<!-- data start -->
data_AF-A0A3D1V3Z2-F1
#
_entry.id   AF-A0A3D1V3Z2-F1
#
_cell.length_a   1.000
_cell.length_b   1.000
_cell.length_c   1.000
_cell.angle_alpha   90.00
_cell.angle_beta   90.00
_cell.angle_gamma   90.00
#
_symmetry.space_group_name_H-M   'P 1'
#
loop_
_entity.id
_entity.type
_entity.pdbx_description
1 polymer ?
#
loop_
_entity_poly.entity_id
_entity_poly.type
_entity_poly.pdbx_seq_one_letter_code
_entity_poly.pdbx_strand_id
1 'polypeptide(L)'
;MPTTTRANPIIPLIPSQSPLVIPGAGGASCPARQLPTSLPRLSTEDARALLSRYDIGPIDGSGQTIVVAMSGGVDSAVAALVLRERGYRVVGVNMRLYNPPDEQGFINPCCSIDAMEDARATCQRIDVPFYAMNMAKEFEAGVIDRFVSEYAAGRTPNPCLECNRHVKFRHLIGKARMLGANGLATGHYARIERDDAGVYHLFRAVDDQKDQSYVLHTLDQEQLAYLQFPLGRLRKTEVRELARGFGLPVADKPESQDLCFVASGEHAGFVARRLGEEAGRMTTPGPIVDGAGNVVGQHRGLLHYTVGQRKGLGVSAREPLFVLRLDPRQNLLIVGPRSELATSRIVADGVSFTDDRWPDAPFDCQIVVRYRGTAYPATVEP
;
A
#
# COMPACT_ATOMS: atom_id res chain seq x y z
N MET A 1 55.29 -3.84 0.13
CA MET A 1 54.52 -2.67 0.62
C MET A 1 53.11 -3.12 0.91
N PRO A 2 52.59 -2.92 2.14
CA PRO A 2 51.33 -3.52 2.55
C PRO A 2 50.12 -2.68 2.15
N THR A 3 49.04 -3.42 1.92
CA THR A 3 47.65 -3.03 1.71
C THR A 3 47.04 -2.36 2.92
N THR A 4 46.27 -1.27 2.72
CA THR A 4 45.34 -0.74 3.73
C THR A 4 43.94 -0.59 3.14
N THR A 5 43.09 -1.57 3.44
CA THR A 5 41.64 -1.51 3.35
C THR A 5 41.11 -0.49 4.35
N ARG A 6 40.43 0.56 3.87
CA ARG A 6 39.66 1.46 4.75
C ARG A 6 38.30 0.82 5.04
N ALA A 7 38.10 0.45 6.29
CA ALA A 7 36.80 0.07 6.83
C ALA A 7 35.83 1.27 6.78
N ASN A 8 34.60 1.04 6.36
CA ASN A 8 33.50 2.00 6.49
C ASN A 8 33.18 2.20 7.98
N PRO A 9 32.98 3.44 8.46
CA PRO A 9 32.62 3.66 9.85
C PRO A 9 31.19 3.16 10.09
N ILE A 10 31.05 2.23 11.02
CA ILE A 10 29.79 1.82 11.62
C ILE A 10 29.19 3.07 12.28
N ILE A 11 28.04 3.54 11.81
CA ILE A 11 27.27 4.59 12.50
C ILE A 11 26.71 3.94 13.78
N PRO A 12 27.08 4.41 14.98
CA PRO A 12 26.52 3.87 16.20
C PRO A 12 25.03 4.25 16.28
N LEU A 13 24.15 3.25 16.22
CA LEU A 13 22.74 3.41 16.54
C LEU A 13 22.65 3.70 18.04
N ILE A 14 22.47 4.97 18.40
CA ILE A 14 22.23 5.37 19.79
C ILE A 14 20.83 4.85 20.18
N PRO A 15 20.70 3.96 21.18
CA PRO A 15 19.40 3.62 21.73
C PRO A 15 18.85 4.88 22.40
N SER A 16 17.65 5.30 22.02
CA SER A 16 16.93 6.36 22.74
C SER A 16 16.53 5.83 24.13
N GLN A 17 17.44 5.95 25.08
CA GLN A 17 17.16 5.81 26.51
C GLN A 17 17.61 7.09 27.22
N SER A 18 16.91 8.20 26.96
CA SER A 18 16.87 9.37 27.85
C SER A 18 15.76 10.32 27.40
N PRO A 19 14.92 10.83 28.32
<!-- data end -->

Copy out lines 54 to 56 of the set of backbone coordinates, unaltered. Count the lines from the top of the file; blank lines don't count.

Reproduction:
C ASN A 8 33.18 2.20 7.98
N PRO A 9 32.98 3.44 8.46
CA PRO A 9 32.62 3.66 9.85